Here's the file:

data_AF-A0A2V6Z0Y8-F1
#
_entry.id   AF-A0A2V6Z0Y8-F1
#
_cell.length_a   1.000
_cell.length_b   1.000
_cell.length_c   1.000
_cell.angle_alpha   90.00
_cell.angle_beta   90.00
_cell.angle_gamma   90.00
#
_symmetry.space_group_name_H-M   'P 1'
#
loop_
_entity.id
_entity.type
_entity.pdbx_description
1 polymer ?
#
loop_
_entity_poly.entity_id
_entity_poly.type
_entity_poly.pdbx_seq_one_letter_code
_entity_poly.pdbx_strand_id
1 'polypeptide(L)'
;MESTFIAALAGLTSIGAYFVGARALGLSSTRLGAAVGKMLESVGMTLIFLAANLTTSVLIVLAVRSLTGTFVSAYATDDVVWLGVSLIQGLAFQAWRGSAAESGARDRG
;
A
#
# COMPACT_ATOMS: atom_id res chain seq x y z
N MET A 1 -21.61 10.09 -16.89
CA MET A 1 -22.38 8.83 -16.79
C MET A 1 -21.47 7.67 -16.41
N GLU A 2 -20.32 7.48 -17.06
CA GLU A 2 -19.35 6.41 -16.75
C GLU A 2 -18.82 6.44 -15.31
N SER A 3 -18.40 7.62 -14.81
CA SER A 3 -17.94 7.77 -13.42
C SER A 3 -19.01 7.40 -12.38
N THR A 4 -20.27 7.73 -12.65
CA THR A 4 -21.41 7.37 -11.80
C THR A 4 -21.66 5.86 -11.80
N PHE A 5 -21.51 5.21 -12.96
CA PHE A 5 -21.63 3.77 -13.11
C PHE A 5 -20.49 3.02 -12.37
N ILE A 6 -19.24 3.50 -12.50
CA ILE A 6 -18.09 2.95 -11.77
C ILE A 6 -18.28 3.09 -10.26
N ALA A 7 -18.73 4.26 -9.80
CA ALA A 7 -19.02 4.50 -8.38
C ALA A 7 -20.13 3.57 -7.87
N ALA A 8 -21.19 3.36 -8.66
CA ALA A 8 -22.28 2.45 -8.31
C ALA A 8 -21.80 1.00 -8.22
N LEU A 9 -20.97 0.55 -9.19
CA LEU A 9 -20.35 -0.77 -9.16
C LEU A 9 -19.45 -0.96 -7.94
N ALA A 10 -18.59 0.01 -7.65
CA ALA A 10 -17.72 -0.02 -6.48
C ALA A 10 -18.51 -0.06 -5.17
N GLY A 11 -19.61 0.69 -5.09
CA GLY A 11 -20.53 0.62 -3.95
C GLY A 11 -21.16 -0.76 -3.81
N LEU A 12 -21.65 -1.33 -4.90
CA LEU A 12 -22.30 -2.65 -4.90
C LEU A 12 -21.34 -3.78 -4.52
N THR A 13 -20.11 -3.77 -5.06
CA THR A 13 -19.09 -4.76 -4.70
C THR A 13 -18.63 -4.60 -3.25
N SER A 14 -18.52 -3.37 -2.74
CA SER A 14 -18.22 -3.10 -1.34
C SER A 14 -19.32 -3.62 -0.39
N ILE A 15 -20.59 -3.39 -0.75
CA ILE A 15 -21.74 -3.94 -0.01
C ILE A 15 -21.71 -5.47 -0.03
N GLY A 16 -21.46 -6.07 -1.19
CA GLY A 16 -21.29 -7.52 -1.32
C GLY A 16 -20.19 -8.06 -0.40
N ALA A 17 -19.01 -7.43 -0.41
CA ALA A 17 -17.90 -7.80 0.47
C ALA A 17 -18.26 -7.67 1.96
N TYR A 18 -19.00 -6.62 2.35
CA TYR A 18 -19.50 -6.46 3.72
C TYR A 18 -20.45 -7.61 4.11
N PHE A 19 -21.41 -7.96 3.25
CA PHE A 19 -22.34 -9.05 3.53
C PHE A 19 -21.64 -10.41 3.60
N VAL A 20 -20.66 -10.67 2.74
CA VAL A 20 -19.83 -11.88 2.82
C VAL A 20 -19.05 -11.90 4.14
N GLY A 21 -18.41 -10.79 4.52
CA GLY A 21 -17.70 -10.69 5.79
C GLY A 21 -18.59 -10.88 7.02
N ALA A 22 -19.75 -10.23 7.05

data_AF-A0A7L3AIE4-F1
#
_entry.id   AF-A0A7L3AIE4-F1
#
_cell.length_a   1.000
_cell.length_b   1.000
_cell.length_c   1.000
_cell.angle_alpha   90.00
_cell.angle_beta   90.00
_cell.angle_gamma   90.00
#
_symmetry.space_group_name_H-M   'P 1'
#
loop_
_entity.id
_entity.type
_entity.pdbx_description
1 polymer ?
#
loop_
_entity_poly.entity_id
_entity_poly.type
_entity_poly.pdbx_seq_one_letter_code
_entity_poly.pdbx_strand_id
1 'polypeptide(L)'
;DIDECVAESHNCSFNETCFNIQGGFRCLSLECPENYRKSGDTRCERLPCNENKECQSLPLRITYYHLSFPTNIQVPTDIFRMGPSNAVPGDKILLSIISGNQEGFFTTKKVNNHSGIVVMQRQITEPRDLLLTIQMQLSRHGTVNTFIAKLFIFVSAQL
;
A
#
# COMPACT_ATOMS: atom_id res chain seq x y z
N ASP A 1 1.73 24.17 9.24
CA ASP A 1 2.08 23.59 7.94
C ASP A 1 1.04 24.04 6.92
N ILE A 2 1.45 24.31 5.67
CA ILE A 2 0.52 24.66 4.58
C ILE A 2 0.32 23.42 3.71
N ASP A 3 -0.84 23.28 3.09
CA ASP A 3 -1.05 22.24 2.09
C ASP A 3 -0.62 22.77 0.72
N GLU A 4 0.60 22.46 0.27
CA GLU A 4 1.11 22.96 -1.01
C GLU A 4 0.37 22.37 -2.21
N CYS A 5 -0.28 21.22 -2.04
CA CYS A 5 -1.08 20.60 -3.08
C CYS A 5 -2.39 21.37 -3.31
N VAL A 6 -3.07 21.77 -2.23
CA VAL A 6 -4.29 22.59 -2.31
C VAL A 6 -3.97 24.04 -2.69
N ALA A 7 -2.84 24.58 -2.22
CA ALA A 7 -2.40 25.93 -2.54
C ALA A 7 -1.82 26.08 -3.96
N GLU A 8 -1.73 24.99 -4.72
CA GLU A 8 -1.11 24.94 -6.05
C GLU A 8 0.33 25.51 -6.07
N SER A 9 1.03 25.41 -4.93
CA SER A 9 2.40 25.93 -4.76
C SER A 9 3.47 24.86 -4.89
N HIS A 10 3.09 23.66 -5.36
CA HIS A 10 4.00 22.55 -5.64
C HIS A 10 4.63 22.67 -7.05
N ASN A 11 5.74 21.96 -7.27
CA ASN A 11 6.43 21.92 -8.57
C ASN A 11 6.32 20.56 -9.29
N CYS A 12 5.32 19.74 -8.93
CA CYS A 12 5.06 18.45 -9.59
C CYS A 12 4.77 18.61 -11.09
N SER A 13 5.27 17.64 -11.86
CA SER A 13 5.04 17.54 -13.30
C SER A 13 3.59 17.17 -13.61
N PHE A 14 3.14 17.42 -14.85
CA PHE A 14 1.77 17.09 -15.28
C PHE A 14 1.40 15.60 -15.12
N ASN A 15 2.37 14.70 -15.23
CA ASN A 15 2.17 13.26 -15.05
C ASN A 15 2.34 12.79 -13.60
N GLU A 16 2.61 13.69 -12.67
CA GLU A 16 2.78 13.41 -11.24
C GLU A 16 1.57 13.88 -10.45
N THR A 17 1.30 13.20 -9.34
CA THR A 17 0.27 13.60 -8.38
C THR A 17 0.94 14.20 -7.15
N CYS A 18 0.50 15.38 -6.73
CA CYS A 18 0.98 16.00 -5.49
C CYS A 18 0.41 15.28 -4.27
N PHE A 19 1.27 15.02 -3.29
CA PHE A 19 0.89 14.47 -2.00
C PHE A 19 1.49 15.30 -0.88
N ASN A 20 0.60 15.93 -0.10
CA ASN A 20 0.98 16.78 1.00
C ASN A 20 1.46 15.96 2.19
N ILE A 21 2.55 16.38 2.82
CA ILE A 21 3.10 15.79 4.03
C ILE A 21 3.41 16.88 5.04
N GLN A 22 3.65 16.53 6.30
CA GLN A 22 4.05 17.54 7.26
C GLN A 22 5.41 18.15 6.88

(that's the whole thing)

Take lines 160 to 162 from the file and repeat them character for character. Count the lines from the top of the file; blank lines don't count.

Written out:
C CYS A 12 4.77 18.61 -11.09
N SER A 13 5.27 17.64 -11.86
CA SER A 13 5.04 17.54 -13.30